Joe Callari is 27. He's a college student.
He has no wife, no kids. He works about four hours a day.
And he says he makes nearly twice as much in a year as the average Joplin household.
About six months ago, Callari, a psychology and business major at Missouri Southern State University, quit his job as a manager at a local Hastings store to take on a slightly more profitable venture — playing online poker.
Callari said he makes $40 an hour in his new gig — he sets his own hours and answers to no one — and luck has nothing to do with it.
"It's not like I just go in there, throw in $100 and hope to win," he said. "It's an actual job."
Callari says he is responsible with his gambling. He pays taxes. He tracks his wins and losses using a spreadsheet. He understands the odds associated with the hand he's holding — he throws, or rather clicks, his money in when he's got the best of it and keeps it when he doesn't.
But if the U.S. House of Representatives gets it way, people like Callari may be a thing of the past.
An attempt to regulate
The House passed a bill recently with a 317-93 vote that, if passed by the Senate, would ban credit-card payments and electronic-cash transfers for the purposes of gambling online.
The bill declares most online gaming sites illegal — casinos, poker rooms, sportsbooks — but includes exceptions for horse racing and state-run lotteries.
Callari's not worried. He's done his homework, and he believes there will always be ways to wager online.
U.S. Rep. Roy Blunt, R-Mo., said he supported the bill because placing bets with credit cards, which he said is required to bet online, left Americans at the mercy of the offshore outlets that run most Internet gaming sites.
PlayersOnly, an online gambling service that advertises itself as the "world's sexiest sportsbook," offers six ways to bet online, all of which involve the use of a credit card or electronic-cash transfer.
PokerStars.com, an online poker room, offers several ways to deposit money into player accounts electronically, but also provides an option for players to make deposits by sending cashier's checks or money orders.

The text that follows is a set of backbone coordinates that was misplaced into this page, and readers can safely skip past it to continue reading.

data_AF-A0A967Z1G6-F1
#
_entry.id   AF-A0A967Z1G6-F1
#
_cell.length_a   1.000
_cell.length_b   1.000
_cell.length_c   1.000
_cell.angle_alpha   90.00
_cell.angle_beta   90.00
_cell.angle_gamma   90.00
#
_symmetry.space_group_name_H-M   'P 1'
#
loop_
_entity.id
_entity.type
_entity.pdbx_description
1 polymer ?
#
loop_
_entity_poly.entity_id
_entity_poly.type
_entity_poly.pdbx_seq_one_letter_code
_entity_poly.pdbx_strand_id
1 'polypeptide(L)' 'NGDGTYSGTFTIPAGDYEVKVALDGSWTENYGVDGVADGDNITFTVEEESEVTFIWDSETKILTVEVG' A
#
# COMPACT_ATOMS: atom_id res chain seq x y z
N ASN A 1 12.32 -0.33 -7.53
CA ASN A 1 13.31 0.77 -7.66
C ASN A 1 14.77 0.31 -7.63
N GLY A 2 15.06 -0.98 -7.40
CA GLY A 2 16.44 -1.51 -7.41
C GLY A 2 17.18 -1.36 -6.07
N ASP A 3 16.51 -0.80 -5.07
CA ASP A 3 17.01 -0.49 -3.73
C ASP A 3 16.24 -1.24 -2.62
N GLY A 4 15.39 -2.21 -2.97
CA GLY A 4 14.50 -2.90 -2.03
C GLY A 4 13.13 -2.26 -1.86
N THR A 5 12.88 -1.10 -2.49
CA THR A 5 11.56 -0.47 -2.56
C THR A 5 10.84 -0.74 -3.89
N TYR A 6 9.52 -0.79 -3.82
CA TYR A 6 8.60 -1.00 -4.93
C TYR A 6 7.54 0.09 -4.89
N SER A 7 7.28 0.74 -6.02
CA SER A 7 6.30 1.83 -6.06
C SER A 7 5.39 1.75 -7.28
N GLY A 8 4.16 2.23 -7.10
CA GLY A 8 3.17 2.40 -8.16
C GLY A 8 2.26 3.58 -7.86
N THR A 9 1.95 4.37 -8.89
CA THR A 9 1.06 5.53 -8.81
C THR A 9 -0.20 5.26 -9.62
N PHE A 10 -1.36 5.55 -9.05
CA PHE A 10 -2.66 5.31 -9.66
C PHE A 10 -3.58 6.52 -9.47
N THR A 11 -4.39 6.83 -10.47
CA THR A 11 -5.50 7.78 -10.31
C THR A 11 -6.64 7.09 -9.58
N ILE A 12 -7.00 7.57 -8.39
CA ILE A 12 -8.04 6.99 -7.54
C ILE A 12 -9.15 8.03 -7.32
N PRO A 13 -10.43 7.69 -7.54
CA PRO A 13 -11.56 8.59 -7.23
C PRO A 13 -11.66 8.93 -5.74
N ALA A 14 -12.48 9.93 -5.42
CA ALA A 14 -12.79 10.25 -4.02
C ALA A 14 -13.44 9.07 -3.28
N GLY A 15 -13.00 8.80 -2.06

Both companies operate out of Costa Rica.
A dangerous obsession?
Some are concerned with the risks posed by online gaming and are wary of its effect on Americans. For every Callari, there are more people out there who do throw in that $100 and just hope to win.
When they don't, they throw it again. And again. And again. Soon, a pathological gambler is born.
Tony Boyd, a certified compulsive gambling counselor with the Salem Treatment Center in Southeast Missouri, said almost all the clients he sees have had trouble with betting via the computer. One patient lost $35,000 online in a day, he said.
"A lot of the folks I work with say, 'I would just sit there doing bet after bet,'" Boyd said. "Some would say they've been there 12 hours and then didn't realize they'd been there an entire day."
A pathological gambling problem develops over time with a pattern of behavior, Boyd said. The neurological side of an addiction is very real — a brain scan of a person gambling looks very similar to that of someone high on methamphetamine, he said.
Internet gambling gives people the feeling that they aren't playing with real money, he said, which adds to the compulsive element.
"One of the biggest dangers that I see is it gives a representation of fake money," Boyd said. "So, your bet is $5,000, but you don't see that cash."
Some sites offer links to Web pages designed to help players developing gambling problems, but offer few checks to see to it that customers are gambling responsibly.
PlayersOnly limits patrons' deposits to $1,000 a day and $6,000 a month online, but players can exceed that limit if they make a deposit by phone using Western Union, a bank wire or credit card.
Christine Reilly, director of the Institute for Research on Pathological Gambling and Related Disorders, said no study exists that shows Internet gambling to be more dangerous than any other form of gambling, but the relatively new phenomenon poses problems that haven't been there in the past.
"Social controls are really good," she said. "A lot of people gamble with friends for fun — that's probably a protective factor. The Internet is kind of an unknown because it is a solitary activity."
Customers at J-Town Sports Bar in Joplin were split in their opinions on Internet gambling and the House action.
"It's too easy to jump on the computer and play," said Randy Buzzard of Joplin, who said he has lost in the four-digits gambling online and now thinks Internet gambling should be illegal.
Randy Blehm of Joplin said he occasionally uses the Web to bet on boxing and he believes the government has bigger fish to fry, such as cracking down on child pornography, when it comes to the Internet.
"I don't like that," he said. "It should be land of the free. They're not hurting anybody."
Callari said he's aware gambling becomes a problem for some — he lost money himself the first six months he took up the game. But the key, he said, is to start slow and work your way up to higher-stakes tables.
He said he knows there is a stigma associated with poker players but not all are shady characters — some, like him, are like stockbrokers building equity and investing responsibly.
"We're not all degenerate gamblers," Callari said. "Some people have thought this out."